On Monday night I was meeting friends for dinner.  I stopped at home to let out the dogs and robbing was happening in a crazy way at the absconded hive.  I was so angry.  My hives haven't produced honey this year with all the rain and all I could think was YOU CAN'T HAVE MY HONEY.  I walked out to the backyard in my business clothes, threw a veil over my head, opened the hive and took off the third box down (the one heavy with honey).  I carried it into my house, bees and all.

It's still not dark until around 8 or so in Atlanta, so I put the box in my basement and at least 500 bees (looked like even more than that) began flying up to the ceiling lights.  I turned out all the lights in the basement, opened the back door, bolted the inside basement door leading into my house and left for dinner.  I crossed my fingers that the bees would indeed go outside toward the light.  (And that no human robber would find it appealing to cross the robbing bees to rob my house!)

When I returned from dinner, there were only 2 bees still in my basement and the honey super was apparently intact.

I left everything alone.  Like I said in the first paragraph, over the last month, everything I am doing has come to a pinnacle point all at once and I've felt rather overwhelmed.

Five days later, it's the weekend and I thought I should take the hive apart to save the wax from the wax moths.  I started casually throwing the boxes around.  I got to the bottom box and as I lifted it up to put it rather brusquely aside, there was the QUEEN.  She had been included and hadn't left with her children.  She had no attendants and had been alone for at least five days and probably more.

I caught her in a queen clip and took her inside and fed her honey from my fingertip.  What to do, what to do?

I went to another strong hive and made a four frame split - two frames of brood and eggs, one of honey and one of pollen.  I found some drawn comb that was white as snow and made a push-in cage of #8 hardware cloth, and pushed it into the comb, with her majesty in the push-in.  I realized later that I should have pushed her into the frame of honey or pollen, so she'd have some food at least, but I was thinking to give her an opportunity to lay.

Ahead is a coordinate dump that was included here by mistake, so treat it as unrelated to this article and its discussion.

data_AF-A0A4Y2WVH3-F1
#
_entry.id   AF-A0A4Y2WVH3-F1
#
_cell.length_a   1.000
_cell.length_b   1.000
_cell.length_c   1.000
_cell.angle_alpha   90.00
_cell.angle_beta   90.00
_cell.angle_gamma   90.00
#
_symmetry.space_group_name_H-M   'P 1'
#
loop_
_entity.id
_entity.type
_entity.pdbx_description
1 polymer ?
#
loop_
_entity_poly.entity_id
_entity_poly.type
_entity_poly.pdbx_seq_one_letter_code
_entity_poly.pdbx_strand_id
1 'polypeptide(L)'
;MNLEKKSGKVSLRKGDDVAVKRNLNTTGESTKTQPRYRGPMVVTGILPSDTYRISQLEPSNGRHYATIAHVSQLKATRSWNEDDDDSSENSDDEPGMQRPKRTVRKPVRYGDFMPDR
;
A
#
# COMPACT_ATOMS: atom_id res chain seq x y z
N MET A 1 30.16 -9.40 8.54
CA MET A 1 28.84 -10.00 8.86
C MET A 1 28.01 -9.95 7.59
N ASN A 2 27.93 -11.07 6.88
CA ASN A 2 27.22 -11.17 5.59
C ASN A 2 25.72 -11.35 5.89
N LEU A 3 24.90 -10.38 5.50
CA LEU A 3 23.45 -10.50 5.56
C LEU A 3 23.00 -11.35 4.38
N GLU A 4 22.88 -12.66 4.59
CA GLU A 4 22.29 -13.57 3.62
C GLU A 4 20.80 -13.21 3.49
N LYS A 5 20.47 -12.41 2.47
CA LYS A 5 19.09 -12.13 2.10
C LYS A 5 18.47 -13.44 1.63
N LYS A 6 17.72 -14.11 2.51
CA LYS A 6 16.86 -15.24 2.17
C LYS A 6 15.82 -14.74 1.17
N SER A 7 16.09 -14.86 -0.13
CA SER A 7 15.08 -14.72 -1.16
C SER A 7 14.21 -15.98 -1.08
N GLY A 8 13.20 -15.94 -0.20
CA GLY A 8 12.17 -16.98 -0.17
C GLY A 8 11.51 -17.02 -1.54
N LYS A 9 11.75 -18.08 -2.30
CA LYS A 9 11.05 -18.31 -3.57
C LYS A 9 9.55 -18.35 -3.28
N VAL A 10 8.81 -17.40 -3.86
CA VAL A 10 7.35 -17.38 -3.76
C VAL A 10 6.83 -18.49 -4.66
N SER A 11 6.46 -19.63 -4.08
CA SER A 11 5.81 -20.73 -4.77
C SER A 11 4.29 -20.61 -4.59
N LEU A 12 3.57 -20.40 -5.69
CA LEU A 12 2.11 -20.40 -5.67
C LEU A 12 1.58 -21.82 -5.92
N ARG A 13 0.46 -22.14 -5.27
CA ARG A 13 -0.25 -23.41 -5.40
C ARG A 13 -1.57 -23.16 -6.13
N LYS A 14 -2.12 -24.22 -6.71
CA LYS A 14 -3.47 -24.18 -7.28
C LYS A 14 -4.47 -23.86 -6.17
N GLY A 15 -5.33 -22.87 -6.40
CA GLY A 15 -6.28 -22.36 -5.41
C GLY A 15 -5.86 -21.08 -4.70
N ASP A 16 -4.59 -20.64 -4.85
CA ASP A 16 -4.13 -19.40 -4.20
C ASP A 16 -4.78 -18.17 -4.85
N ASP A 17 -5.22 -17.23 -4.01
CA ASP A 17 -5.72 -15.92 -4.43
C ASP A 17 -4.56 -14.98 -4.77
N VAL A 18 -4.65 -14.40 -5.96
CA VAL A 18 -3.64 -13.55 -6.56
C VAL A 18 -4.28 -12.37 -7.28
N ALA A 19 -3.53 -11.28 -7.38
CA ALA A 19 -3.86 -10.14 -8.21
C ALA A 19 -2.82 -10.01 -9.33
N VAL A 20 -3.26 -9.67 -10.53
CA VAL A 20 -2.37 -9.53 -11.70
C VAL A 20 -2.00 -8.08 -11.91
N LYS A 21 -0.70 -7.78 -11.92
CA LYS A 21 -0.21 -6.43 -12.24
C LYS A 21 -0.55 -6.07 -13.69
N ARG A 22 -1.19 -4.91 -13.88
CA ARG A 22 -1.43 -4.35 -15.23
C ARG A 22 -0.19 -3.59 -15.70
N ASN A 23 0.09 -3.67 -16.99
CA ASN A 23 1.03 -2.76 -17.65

I put these five frames into a nuc box.  I set it up with a Boardman feeder of honey and one of water, surrounded by an empty nuc box above the inner cover:

I then closed up the hive entrance with screened wire, stapled it firmly and left the nuc for three days.  This was an effort to get them used to the new queen and to let that loyalty keep them from returning to mama just in the hive next door.   Three days later I removed the screened wire.

I looked inside and she had been freed from the push-in cage.  The bees had eaten the comb beneath the push-in to release her and there were eggs everywhere.  They had taken none of the honey and only a little water, but I felt good about having supplied their need should it arise.

I put an entrance reducer in and crossed my fingers.

I'm going to give it my all to get her and her children through the winter.  Michael Bush overwinters two frame nucs.  Now they are in duplex nuc boxes.  But I am going to write him for helpful hints about how to get such a small force through the winter.

I'm so sad for the bees who left and who will inevitably die without a queen, but if this had to happen, I sure got the best of it with my queen "includer."  After all this was a swarm capture queen this year and should be strong enough in stock to make it through the winter if I'm lucky.

Pin this post


Related Posts Plugin for WordPress, Blogger...